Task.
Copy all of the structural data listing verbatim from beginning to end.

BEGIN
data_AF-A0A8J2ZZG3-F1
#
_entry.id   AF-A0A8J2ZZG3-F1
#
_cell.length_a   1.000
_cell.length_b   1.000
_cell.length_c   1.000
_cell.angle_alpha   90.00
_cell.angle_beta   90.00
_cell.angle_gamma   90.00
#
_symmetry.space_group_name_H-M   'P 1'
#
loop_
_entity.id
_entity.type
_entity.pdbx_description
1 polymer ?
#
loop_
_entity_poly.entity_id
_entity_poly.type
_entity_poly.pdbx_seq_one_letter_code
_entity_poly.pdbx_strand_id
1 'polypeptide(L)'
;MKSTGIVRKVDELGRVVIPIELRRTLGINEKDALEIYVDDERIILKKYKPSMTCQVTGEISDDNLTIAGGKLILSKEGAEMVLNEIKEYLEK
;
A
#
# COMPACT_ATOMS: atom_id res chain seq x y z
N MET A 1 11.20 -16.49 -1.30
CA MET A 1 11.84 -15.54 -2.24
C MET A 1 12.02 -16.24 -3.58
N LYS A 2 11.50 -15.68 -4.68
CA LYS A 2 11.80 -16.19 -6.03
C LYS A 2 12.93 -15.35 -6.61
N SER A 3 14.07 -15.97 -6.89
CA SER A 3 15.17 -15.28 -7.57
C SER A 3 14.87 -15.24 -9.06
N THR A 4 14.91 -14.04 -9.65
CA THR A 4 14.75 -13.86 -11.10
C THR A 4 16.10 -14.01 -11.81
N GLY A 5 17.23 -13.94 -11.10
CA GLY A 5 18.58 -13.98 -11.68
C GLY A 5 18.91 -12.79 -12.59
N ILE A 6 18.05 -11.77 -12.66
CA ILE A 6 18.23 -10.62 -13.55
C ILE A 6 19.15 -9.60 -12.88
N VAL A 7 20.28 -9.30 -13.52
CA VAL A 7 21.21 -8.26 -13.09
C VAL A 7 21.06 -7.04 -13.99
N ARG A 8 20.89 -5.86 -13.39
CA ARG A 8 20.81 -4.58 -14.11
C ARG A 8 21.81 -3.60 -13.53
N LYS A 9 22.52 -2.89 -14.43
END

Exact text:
data_AF-A0A8J2ZZG3-F1
#
_entry.id   AF-A0A8J2ZZG3-F1
#
_cell.length_a   1.000
_cell.length_b   1.000
_cell.length_c   1.000
_cell.angle_alpha   90.00
_cell.angle_beta   90.00
_cell.angle_gamma   90.00
#
_symmetry.space_group_name_H-M   'P 1'
#
loop_
_entity.id
_entity.type
_entity.pdbx_description
1 polymer ?
#
loop_
_entity_poly.entity_id
_entity_poly.type
_entity_poly.pdbx_seq_one_letter_code
_entity_poly.pdbx_strand_id
1 'polypeptide(L)'
;MKSTGIVRKVDELGRVVIPIELRRTLGINEKDALEIYVDDERIILKKYKPSMTCQVTGEISDDNLTIAGGKLILSKEGAEMVLNEIKEYLEK
;
A
#
# COMPACT_ATOMS: atom_id res chain seq x y z
N MET A 1 11.20 -16.49 -1.30
CA MET A 1 11.84 -15.54 -2.24
C MET A 1 12.02 -16.24 -3.58
N LYS A 2 11.50 -15.68 -4.68
CA LYS A 2 11.80 -16.19 -6.03
C LYS A 2 12.93 -15.35 -6.61
N SER A 3 14.07 -15.97 -6.89
CA SER A 3 15.17 -15.28 -7.57
C SER A 3 14.87 -15.24 -9.06
N THR A 4 14.91 -14.04 -9.65
CA THR A 4 14.75 -13.86 -11.10
C THR A 4 16.10 -14.01 -11.81
N GLY A 5 17.23 -13.94 -11.10
CA GLY A 5 18.58 -13.98 -11.68
C GLY A 5 18.91 -12.79 -12.59
N ILE A 6 18.05 -11.77 -12.66
CA ILE A 6 18.23 -10.62 -13.55
C ILE A 6 19.15 -9.60 -12.88
N VAL A 7 20.28 -9.30 -13.52
CA VAL A 7 21.21 -8.26 -13.09
C VAL A 7 21.06 -7.04 -13.99
N ARG A 8 20.89 -5.86 -13.39
CA ARG A 8 20.81 -4.58 -14.11
C ARG A 8 21.81 -3.60 -13.53
N LYS A 9 22.52 -2.89 -14.43